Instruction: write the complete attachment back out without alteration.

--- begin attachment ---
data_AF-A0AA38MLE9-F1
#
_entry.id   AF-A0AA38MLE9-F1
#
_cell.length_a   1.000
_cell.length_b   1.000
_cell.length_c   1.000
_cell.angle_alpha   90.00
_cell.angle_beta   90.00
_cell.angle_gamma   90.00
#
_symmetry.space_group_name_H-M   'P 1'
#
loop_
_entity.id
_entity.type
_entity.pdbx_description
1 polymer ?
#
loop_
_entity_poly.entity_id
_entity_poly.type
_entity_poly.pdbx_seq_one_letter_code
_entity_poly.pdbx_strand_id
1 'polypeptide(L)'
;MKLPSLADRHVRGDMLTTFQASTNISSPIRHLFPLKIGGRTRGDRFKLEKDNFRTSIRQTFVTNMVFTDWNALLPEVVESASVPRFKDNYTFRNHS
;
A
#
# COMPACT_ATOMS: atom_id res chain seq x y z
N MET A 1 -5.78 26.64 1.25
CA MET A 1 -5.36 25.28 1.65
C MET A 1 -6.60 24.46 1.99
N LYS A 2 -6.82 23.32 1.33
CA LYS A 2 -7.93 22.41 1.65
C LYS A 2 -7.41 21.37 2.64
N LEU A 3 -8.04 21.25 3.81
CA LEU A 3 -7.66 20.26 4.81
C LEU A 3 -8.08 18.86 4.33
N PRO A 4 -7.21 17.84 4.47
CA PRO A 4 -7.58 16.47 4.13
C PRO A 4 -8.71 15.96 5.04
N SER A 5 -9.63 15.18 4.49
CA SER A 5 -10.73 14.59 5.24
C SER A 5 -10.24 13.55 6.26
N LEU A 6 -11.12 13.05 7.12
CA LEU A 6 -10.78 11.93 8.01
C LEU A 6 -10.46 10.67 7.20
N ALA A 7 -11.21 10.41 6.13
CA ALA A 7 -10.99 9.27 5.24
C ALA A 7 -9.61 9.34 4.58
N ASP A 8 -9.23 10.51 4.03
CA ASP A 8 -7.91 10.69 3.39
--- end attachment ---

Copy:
data_AF-A0AA38MLE9-F1
#
_entry.id   AF-A0AA38MLE9-F1
#
_cell.length_a   1.000
_cell.length_b   1.000
_cell.length_c   1.000
_cell.angle_alpha   90.00
_cell.angle_beta   90.00
_cell.angle_gamma   90.00
#
_symmetry.space_group_name_H-M   'P 1'
#
loop_
_entity.id
_entity.type
_entity.pdbx_description
1 polymer ?
#
loop_
_entity_poly.entity_id
_entity_poly.type
_entity_poly.pdbx_seq_one_letter_code
_entity_poly.pdbx_strand_id
1 'polypeptide(L)'
;MKLPSLADRHVRGDMLTTFQASTNISSPIRHLFPLKIGGRTRGDRFKLEKDNFRTSIRQTFVTNMVFTDWNALLPEVVESASVPRFKDNYTFRNHS
;
A
#
# COMPACT_ATOMS: atom_id res chain seq x y z
N MET A 1 -5.78 26.64 1.25
CA MET A 1 -5.36 25.28 1.65
C MET A 1 -6.60 24.46 1.99
N LYS A 2 -6.82 23.32 1.33
CA LYS A 2 -7.93 22.41 1.65
C LYS A 2 -7.41 21.37 2.64
N LEU A 3 -8.04 21.25 3.81
CA LEU A 3 -7.66 20.26 4.81
C LEU A 3 -8.08 18.86 4.33
N PRO A 4 -7.21 17.84 4.47
CA PRO A 4 -7.58 16.47 4.13
C PRO A 4 -8.71 15.96 5.04
N SER A 5 -9.63 15.18 4.49
CA SER A 5 -10.73 14.59 5.24
C SER A 5 -10.24 13.55 6.26
N LEU A 6 -11.12 13.05 7.12
CA LEU A 6 -10.78 11.93 8.01
C LEU A 6 -10.46 10.67 7.20
N ALA A 7 -11.21 10.41 6.13
CA ALA A 7 -10.99 9.27 5.24
C ALA A 7 -9.61 9.34 4.58
N ASP A 8 -9.23 10.51 4.03
CA ASP A 8 -7.91 10.69 3.39